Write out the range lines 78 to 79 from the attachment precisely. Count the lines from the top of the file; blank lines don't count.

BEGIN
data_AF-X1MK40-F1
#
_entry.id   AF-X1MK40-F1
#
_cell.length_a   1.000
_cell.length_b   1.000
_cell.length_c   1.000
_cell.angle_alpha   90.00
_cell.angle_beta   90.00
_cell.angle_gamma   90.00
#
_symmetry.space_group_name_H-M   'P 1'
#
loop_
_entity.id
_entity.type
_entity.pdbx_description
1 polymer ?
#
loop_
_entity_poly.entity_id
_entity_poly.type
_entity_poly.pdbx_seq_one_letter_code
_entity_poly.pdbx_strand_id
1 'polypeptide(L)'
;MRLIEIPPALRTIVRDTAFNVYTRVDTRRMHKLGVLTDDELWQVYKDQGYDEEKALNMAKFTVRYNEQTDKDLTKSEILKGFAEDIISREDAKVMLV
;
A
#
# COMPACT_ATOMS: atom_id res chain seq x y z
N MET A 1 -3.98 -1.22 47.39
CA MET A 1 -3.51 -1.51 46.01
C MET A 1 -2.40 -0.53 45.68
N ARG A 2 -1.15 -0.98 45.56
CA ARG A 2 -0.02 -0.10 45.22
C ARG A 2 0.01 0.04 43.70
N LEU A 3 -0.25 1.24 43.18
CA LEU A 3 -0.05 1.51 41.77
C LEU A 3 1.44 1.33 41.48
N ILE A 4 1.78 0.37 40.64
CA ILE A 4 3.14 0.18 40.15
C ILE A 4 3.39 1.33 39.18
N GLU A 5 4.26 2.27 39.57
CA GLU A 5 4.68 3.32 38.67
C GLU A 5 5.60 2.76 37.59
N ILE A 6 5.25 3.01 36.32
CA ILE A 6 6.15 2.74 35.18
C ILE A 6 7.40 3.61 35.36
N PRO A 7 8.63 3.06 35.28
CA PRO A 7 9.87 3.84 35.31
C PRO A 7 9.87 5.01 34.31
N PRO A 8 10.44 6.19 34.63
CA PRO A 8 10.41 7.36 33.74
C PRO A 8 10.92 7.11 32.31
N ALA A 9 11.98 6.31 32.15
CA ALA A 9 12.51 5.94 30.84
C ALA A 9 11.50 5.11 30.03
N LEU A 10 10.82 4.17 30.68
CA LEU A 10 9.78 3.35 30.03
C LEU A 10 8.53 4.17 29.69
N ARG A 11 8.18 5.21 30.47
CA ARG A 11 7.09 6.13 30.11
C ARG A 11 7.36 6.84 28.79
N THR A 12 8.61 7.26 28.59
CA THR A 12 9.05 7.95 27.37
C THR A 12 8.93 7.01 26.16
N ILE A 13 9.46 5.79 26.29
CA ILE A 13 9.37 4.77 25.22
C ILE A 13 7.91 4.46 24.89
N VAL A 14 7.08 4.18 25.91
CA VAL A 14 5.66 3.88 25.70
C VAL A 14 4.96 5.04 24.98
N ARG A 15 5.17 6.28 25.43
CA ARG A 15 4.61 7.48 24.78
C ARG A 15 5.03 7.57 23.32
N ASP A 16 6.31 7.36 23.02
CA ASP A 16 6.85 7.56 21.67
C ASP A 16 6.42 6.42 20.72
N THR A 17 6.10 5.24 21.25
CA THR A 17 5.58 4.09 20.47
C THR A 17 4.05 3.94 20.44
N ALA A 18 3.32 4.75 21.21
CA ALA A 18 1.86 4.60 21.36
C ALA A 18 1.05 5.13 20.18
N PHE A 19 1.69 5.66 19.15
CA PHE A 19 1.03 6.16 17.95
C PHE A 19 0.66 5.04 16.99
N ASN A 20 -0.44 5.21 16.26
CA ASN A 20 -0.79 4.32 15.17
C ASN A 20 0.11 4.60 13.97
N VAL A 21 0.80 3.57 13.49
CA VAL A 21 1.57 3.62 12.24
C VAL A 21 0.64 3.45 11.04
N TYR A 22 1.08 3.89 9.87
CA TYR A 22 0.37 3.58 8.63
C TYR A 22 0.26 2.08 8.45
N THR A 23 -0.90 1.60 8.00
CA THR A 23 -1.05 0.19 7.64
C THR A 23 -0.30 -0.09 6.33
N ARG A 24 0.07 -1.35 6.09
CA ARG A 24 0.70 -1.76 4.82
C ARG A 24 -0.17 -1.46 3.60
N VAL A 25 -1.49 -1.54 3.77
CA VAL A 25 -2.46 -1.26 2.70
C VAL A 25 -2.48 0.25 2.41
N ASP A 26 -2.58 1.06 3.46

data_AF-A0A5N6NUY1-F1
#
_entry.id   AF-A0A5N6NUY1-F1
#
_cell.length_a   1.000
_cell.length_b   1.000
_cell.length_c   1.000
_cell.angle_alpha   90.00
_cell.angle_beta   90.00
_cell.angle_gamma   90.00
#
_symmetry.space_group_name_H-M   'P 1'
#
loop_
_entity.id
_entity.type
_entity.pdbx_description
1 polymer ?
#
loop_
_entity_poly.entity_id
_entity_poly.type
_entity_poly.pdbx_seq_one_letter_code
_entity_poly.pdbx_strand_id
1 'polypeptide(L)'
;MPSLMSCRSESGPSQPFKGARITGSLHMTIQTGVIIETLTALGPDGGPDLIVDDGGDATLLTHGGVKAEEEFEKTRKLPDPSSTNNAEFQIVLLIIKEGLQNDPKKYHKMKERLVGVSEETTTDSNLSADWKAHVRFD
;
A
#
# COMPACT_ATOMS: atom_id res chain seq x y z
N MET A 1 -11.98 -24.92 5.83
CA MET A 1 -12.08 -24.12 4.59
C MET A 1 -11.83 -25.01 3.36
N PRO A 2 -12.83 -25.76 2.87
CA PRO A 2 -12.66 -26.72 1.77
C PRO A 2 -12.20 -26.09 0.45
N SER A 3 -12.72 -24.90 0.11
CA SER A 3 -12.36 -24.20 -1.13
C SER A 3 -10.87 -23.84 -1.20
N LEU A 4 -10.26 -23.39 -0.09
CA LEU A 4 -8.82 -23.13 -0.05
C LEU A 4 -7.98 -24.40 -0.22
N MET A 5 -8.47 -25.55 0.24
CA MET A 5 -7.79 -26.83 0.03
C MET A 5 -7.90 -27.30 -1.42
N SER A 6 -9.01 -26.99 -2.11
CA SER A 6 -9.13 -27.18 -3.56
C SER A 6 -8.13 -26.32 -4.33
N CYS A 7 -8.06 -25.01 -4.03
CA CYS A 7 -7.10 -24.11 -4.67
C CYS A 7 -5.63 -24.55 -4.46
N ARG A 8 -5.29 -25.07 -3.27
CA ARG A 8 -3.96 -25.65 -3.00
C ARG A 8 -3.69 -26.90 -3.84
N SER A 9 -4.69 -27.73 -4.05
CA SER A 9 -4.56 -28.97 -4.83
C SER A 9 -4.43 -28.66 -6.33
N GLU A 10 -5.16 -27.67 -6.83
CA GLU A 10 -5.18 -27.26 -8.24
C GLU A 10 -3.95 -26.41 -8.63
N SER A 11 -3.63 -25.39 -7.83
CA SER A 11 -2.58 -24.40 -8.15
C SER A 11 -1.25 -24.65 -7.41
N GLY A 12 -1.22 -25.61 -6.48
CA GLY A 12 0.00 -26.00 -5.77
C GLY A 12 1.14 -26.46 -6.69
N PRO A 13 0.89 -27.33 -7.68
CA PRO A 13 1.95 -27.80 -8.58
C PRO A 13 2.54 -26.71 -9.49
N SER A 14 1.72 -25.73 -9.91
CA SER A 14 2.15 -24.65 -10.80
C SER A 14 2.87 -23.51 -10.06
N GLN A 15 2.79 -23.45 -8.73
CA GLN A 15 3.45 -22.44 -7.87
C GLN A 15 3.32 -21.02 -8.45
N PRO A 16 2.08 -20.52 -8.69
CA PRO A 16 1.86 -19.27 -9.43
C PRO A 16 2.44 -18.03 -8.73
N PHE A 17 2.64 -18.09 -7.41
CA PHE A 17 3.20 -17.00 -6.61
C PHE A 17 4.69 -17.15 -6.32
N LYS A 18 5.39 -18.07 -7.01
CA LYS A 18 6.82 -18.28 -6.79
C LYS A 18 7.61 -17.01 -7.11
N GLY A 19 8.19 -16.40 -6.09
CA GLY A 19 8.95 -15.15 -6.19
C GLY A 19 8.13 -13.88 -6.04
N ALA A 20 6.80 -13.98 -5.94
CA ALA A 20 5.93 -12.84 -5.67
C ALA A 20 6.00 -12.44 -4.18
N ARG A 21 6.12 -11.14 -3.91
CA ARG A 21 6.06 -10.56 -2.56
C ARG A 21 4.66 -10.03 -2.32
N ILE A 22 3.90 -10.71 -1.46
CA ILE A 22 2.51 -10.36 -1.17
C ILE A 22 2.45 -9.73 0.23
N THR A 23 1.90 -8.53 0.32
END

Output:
C ASP A 16 6.42 6.42 20.72
N THR A 17 6.10 5.24 21.25